Getting data from advertising platforms

Once you get revenue data, you need cost data to calculate your ROI. We extracted data from all of our advertising tools, plus Google Analytics, and sent it to BigQuery. There, it’s paired with user actions using the user ID, excluding personally identifiable info.

dataddo advertising flows

Transform data and send it to Power BI

Time to close the cycle. Using BigQuery’s transformation capabilities, we paired data tables, removed duplicates, cleaned traffic sources from Google Analytics, and build a model for revenue attribution.

From there, we built our reports in Power BI for everyone to access and have a clear understanding of our performance.

Enable self-serve reporting for all teams

Our product, sales, and finance teams are heavily data-driven—not only the marketing team.

While our data is centralized, we have a decentralized (or liberal) approach to the usage of that data. The Dataddo platform gives us the ability to send data to multiple destinations. So, while the marketing team uses mainly Power BI, other teams send their relevant data to other tools such as Google Data Studio, allowing them to access their reporting numbers at any time, as needed. 

November: Attend Events that Support Your Brand

And I’m also talking about offline events, this time. 

Attending events can be difficult because it’s not easy to fit them into the model above to measure their effectiveness. But that doesn’t diminish their importance.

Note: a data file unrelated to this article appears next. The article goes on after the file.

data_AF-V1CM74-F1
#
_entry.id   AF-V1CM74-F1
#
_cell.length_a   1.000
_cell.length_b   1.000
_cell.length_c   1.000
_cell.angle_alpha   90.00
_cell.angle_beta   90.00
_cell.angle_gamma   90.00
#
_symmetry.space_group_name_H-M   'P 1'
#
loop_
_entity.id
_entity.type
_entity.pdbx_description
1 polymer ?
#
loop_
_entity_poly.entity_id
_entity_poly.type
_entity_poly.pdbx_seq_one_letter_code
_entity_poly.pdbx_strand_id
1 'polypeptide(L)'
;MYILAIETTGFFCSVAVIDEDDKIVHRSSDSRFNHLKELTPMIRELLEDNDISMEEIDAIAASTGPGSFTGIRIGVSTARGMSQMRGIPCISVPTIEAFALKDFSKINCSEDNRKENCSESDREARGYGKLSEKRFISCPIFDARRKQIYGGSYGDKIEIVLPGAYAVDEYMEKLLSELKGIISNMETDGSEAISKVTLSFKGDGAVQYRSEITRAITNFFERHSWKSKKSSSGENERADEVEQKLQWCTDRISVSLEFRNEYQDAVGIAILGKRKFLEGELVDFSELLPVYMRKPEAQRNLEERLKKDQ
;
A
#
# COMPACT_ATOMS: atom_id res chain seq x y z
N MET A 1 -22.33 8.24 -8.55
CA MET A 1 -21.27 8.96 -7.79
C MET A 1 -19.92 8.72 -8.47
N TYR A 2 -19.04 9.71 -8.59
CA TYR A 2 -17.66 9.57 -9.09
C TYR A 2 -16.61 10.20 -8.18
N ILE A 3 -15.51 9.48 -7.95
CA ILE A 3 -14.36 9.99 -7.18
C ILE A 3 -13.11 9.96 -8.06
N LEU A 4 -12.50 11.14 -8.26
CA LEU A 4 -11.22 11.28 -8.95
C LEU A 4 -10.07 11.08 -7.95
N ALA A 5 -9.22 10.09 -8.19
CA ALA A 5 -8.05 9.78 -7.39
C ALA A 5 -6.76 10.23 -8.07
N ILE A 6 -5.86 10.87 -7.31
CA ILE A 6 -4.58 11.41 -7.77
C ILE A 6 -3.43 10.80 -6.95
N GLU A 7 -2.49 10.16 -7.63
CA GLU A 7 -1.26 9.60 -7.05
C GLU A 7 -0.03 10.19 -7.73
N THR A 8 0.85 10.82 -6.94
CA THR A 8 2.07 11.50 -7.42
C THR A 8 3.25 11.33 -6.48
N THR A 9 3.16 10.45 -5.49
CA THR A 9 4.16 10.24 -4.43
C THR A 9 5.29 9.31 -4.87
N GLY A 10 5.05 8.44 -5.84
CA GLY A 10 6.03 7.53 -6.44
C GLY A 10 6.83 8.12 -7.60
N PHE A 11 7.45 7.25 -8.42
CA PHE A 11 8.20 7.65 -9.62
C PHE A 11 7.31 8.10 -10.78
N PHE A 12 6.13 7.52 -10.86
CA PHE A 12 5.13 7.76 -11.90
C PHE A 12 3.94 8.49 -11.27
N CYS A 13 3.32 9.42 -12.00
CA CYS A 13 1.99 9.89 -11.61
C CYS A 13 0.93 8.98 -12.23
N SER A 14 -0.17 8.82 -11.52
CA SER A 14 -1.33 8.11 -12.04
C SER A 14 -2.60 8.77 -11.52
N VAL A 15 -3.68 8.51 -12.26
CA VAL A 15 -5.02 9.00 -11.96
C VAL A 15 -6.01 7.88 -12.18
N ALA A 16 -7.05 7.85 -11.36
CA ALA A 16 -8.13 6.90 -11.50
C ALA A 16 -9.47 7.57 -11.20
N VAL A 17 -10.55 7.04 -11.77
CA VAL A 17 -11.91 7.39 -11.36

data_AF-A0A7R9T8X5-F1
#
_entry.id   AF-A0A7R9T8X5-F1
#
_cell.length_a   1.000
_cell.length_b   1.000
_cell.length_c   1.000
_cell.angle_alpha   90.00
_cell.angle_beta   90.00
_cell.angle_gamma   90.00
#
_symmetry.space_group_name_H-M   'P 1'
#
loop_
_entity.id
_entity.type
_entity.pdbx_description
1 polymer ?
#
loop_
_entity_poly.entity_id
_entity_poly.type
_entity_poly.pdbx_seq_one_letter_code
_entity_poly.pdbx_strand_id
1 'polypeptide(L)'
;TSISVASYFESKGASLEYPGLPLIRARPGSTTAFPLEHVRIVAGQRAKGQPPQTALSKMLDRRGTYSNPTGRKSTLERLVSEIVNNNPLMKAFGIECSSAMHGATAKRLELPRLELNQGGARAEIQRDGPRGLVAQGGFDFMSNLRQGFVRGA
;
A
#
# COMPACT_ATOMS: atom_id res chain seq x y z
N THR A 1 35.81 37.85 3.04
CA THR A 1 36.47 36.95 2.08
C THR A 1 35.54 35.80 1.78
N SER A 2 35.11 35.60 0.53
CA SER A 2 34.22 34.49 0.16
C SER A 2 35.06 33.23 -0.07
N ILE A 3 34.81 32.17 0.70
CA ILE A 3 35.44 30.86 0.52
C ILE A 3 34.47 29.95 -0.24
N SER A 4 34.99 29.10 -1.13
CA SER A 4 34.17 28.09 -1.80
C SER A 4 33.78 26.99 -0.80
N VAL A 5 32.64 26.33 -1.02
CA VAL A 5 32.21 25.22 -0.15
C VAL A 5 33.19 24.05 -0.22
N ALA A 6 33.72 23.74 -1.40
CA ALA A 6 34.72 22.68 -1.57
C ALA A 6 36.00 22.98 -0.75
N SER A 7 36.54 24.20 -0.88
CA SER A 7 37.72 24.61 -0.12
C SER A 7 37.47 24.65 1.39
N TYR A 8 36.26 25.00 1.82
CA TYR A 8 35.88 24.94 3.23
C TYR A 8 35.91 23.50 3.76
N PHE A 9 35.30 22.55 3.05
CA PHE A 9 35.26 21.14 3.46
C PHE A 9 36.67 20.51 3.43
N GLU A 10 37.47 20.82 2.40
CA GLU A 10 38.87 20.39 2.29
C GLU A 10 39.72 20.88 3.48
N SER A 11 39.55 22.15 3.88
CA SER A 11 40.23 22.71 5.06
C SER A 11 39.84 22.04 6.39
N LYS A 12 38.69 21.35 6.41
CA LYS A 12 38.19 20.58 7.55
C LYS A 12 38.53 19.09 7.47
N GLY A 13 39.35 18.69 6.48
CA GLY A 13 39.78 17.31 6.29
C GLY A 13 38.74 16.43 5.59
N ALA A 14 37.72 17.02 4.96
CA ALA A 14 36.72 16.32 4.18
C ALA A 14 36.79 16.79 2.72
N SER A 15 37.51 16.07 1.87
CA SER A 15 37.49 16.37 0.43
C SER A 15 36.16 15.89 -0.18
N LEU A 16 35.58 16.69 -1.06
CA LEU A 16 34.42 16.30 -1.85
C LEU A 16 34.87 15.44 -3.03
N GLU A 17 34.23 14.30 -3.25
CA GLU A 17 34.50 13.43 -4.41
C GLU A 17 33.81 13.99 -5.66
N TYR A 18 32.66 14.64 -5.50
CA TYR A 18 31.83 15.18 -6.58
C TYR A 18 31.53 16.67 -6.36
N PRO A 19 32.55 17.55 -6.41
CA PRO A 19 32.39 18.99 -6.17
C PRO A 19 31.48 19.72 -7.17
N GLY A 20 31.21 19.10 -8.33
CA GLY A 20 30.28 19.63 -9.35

We started by focusing on key markets that we want to strengthen our position in and finding the most relevant events there—data festivals, panel discussions, even webinars where we can represent Dataddo. There are popular events we know about and many more that fly under the radar, but which can be equally effective. 

Events can improve your brand awareness, bring you leads, and ignite partnerships. That’s why we are managing this activity in cooperation with both the sales team and the partnerships teams, making a conscious effort to promote our brand visions (like the importance of building a composable data architecture). 

December: Grow Your Team

Current Talent

happy faces

One thing that we set in stone early on is the importance of growing our expertise individually. And by stone I mean calendar.

We need to expand our knowledge of our own product, the industry, and marketing in general. Besides attending sales calls, company-wide tech talks, and weekly meetings with our head of Solutions, every team member is required to allocate a minimum of 4 hours per week (booked in their calendar) for personal growth. These are spent reading articles or watching videos, which we discuss during our own weekly marketing meetings.

Acquiring new talent

The most important asset a business has is its human resources, and we have been extremely lucky with our early hires. One approach that we keep implementing is hiring good talents even if we don’t have open positions for them at the moment. We know such talents will not be available tomorrow when we need them.

However, we still need more and more people and we are just starting. If you want to join our journey check our open positions here.

Takeaways

That’s it. That’s Dataddo’s first year of focused marketing. If you remember nothing else: 

  • Some of your best data is under your nose - don’t forget to research your own customers for qualitative and quantitative data. 
  • Experiment with paid ad approaches, and invest a lot of time in the early stages for better results later. 
  • Finding your market position will help guide your overall strategy. 
  • Diversify the types of content you produce. 
  • Identify your “north star” metric and keep it in mind with everything you do.

Good luck. 

 

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Category: Industry Insights, Inside Dataddo